The missile test was branded 'another provocation' and a big concern, by the U.S. official disarmament ambassador to the UN.
Washington still needs to do 'further analysis' of the missile that flew over Japan's northern Hokkaido island into the sea, but it will be the subject of today's Security Council meeting, U.S. envoy Robert Wood told reporters in Geneva.
'It's another provocation by North Korea, they just seem to continue to happen. This is a big concern of course to my government and to a number of other governments,' Wood said before a session of the U.N.-sponsored Conference on Disarmament where North Korean Ambassador Han Tae Song was to speak.
Dictator Kim Jong-Un ignored the US president's warning and fired the rocket from a region near the capital Pyongyang over Japan - the first time North Korea has done this since 2009.
The South Korean military said Tuesday it conducted three flight tests of two types of new missiles with ranges of 497 miles and 310 miles on August 24 and that the missiles were close to being operationally deployed.
The military released footage of the tests of the longer-range missile that showed the missile being fired from a truck-mounted launcher and hitting a land-based target.
South Korea hasn't officially named the missile yet, but it is tentatively called the Hyunmoo-2C.
The missile is considered a key component to the so-called 'kill chain' pre-emptive strike capability the South is pursuing to cope with the North's growing nuclear and missile threat.
Neighbouring China has responded to the missile launch with a call for restraint from all sides, but warned that tensions have reached a 'tipping point' after U.S. and South Korea went on with their annual military exercises.
Television and radio broadcasters broke into their regular programming with a 'J-Alert' warning citizens of the missile launch in the early hours of the morning.
Bullet train services were temporarily halted and warnings went out over loudspeakers in towns in Hokkaido.
'I was woken by the missile alert on my cellphone,' said Ayaka Nishijima, 41, an office worker from Morioka, the capital of Iwate prefecture, 180 miles south of Cape Erimo.
'I didn't feel prepared at all. Even if we get these alerts there's nowhere to run. It's not like we have a basement or bomb shelter, all we can do is get away from the window,' she told Reuters.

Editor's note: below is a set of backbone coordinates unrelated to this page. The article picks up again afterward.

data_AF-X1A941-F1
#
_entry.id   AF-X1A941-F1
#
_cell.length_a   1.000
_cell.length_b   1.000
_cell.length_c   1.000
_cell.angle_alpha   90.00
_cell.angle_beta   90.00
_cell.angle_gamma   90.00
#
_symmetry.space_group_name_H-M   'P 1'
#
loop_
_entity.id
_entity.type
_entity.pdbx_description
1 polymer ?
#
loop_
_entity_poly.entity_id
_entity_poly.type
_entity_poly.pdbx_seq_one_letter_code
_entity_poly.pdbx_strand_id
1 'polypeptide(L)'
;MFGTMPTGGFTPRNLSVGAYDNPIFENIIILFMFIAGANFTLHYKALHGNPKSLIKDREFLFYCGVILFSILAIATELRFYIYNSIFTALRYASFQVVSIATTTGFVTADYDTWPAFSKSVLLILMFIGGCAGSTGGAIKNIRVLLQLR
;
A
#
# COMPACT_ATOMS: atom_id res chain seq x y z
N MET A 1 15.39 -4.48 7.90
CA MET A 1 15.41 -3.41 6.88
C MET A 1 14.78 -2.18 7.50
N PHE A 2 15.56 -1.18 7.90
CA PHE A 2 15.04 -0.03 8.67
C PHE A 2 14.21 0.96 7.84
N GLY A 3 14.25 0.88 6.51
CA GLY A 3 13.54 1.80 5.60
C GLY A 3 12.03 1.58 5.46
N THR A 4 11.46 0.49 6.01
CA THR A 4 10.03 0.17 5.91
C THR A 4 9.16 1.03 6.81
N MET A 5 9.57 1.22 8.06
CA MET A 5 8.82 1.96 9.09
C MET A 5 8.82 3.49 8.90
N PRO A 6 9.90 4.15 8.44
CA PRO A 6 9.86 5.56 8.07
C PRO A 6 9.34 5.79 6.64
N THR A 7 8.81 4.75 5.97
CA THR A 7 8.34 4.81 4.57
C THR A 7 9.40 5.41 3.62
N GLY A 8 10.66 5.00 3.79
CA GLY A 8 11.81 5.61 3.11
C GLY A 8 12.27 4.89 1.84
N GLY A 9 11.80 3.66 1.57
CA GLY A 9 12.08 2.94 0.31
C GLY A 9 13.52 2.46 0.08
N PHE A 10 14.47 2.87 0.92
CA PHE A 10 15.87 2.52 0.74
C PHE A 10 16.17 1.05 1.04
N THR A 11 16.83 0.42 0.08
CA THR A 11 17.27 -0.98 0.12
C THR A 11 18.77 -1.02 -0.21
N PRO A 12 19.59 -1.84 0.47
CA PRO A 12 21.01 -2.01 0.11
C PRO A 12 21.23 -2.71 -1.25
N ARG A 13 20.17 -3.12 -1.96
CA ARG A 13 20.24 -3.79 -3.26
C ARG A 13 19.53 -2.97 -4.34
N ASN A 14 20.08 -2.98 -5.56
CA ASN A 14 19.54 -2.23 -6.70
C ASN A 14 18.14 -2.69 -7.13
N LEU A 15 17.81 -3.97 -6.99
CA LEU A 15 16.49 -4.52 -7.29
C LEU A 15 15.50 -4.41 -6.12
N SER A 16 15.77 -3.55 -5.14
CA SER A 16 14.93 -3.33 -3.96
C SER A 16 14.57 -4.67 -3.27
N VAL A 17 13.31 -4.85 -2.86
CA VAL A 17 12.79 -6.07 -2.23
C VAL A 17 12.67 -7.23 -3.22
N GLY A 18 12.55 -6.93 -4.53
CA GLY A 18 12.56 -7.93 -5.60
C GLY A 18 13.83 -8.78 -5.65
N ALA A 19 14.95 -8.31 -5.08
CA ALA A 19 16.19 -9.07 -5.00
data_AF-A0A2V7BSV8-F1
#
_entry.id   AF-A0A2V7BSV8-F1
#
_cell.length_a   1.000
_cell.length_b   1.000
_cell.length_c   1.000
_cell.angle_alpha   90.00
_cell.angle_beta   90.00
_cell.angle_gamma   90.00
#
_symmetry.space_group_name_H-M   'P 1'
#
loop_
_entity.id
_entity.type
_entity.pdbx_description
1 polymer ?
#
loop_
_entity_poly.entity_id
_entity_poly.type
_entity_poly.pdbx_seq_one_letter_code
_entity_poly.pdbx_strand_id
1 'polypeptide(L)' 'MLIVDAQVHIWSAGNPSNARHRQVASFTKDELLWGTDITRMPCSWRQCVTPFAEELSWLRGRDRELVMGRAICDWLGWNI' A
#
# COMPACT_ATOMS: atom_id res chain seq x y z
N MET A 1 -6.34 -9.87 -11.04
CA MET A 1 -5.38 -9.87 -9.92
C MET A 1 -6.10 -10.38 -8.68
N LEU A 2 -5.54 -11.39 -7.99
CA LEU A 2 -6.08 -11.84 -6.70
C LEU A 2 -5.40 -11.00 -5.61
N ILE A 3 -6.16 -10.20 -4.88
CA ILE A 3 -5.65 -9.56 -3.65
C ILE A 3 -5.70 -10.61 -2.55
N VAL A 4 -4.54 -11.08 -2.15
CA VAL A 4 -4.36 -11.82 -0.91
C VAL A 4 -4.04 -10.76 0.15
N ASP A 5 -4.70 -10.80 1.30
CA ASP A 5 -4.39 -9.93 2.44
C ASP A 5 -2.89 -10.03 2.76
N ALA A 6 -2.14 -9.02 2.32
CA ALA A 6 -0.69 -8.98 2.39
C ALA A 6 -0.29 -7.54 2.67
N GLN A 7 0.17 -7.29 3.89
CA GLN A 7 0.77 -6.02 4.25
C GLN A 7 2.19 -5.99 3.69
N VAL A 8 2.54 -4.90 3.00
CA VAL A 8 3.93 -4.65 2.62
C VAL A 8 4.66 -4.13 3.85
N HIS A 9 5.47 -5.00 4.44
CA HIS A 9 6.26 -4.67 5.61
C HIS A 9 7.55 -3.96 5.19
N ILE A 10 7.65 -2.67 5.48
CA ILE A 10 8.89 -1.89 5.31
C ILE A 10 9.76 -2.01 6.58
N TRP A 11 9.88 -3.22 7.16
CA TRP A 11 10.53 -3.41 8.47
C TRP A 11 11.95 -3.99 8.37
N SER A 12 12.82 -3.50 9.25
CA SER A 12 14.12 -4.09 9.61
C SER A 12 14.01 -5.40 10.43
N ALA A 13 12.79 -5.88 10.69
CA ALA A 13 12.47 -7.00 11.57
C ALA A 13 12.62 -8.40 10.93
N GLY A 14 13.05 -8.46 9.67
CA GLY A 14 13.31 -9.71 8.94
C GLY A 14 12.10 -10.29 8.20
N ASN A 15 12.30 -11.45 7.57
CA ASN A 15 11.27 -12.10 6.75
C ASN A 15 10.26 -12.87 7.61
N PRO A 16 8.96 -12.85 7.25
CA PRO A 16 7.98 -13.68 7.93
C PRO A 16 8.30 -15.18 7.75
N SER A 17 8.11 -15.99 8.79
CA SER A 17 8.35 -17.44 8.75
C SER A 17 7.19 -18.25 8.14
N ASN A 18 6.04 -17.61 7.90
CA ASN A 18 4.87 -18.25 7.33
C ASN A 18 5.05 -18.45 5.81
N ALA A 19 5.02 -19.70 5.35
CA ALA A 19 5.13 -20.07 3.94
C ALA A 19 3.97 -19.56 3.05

Hironori Matsuura, an official in the coastal town of Erimo, said people were stunned as this is the first time a North Korea missile is believed to have flown over Hokkaido.
The town, which has about 4,800 residents, is checking on what went wrong with the speaker system.
'We all woke up,' he said. 'But there are no reports of any damage, and no one had to evacuate.’
Hokkaido prefectural official Hirofumi Tsujii said J-Alert was set off throughout the prefecture, and officials were checking on malfunction reports.
Japan's Prime Minister Shinzo Abe said he would do all in his power to protect the Japanese public.
'We will make utmost efforts to firmly protect the lives of the people,' Abe told reporters in brief remarks as he entered his office for emergency meetings on the missile firing.
The country's chief cabinet secretary, Yoshihide Suga, described it as an 'unprecedented, grave threat’.
Self-defence forces made no attempt to shoot down the missile as it passed 341 miles above Hokkaido, Japan's northernmost main island, at 6am local time.
The eight-minute flight took the rocket 1,678 miles before it hit the sea, 730 miles east of the coast of Japan.
It follows a month of escalating hostility between the rogue state and the US, with Donald Trump promising 'fire and fury like the world has never seen' if North Korea continued to test missiles.
Last night the Pentagon said it was aware of the launch.
Spokesman Colonel Robert Manning said officials had determined that the missile launch did not pose a risk to North America.